This application seeks to understand mechanistic elements of the myosin motor of striated muscle and to determine how specific human mutations disrupt myosin function and lead to skeletal muscle disease or cardiomyopathy. We will employ a multidisciplinary approach that takes advantage of the powerful genetic tools available for Drosophila melanogaster along with a broad range of expertise that allows us to study myosin in an integrative manner, from its crystal structure and kinetic function through its effects upon muscle ultrastructure, fiber mechanical properties and locomotion.
For Aim 1, we will build the first models of human distal arthrogryposis syndromes, which cause skeletal muscle contractures of varying severity. Using transgenic Drosophila, we will assess effects upon myosin structure, ATPase activity, in vitro motility, indirect flight and jump muscle ultrastructure, fiber mechanics and organism locomotion. We will test the hypothesis that distal arthrogryposis mutations cause abnormal interactions with nucleotides yielding enhanced ADP binding, reduced sliding velocity, slowed relaxation dynamics and hypercontraction and that the severity of the defects correlates with the severity of the human syndromes.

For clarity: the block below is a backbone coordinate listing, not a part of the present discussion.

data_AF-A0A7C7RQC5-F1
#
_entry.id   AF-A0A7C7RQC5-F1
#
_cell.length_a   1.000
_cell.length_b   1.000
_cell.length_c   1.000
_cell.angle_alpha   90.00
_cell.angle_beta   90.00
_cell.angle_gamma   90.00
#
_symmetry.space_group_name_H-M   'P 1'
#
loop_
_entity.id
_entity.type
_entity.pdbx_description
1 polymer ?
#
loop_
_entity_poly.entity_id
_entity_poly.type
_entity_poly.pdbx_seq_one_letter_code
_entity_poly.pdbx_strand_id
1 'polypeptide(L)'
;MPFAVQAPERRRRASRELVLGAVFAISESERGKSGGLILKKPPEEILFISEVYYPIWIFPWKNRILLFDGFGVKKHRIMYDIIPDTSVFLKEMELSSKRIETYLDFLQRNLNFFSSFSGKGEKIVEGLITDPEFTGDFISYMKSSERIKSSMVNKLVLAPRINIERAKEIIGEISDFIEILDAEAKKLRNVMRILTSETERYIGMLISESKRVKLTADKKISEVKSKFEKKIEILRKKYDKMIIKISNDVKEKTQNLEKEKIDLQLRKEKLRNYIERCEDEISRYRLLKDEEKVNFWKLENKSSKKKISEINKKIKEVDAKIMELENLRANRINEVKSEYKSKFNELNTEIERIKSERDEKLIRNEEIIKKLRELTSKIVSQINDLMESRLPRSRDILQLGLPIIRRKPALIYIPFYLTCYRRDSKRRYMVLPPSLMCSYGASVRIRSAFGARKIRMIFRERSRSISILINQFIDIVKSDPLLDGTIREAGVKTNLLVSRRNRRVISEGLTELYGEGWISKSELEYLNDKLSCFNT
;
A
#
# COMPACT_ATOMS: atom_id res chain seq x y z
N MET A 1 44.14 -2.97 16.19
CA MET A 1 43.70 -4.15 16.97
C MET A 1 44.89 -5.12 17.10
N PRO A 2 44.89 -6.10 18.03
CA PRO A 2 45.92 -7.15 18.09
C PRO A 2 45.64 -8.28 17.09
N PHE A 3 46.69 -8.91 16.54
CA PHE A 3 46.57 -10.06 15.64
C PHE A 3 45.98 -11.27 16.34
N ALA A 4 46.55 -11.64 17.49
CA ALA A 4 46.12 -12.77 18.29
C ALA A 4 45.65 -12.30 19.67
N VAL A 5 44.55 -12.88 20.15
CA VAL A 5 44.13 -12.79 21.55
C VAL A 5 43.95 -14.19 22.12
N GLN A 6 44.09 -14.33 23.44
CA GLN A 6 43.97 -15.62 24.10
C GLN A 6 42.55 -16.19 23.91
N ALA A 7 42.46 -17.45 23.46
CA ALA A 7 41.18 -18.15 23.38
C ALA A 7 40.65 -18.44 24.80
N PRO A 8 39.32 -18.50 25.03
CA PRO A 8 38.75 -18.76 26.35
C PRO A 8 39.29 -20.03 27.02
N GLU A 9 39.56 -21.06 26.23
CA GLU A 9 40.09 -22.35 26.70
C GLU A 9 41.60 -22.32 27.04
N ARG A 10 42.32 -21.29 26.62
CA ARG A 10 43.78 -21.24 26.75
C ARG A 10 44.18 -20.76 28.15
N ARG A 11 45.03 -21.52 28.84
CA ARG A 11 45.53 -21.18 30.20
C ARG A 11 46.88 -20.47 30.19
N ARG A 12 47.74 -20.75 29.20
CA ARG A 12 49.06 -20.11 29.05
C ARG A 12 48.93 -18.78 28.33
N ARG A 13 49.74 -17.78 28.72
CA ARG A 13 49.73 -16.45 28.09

For Aim 2, we will examine the mechanistic basis of myosin dysfunction caused by two hypertrophic cardiomyopathy mutations. We will construct organisms expressing point mutations that change the charge of the disease-causing residues and then test predicted suppressor mutations for functional rescue in vitro and in vivo. This will reveal interactions altered by the initial mutatins and provide direct insight into protein-protein interactions that are critical for myosin function. We will test the hypothesis that mutations in residues that cause human hypertrophic cardiomyopathy alter contacts between the strands of the central -sheet of myosin or interactions between the N-terminal domain of myosin and the lever arm, resulting in increases in ATPase activity, actin sliding velocity, fiber power levels and myofibrillar disarray.
For Aim 3 we will examine the ability of the Drosophila heart to hypertrophy as a result of expressing myosin mutations known to cause human hypertrophic cardiomyopathy. This will be the first attempt to determine how the simple Drosophila heart tube, which is known to exhibit dilated, constricted or hypertrophic phenotypes, reacts to human contractile protein mutations that cause hypertrophy. We will monitor effects upon RNA transcription, calcium handling, ultrastructure and cardiac physiology and determine whether manipulating signaling pathways by gene knockdown or pharmacological intervention ameliorates observed defects. We will test the hypothesis that myosin mutations that cause human hypertrophic cardiomyopathy result in significant wall thickening, abnormal myofibrillar arrays, arrhythmias, disrupted calcium signaling, and transcript profiles that mimic the human condition, and that these pathologies can be suppressed by pharmacological treatment or genetic intervention. Overall our project will take advantage of an innovative experimental system to test significant questions regarding basic myosin function and disease.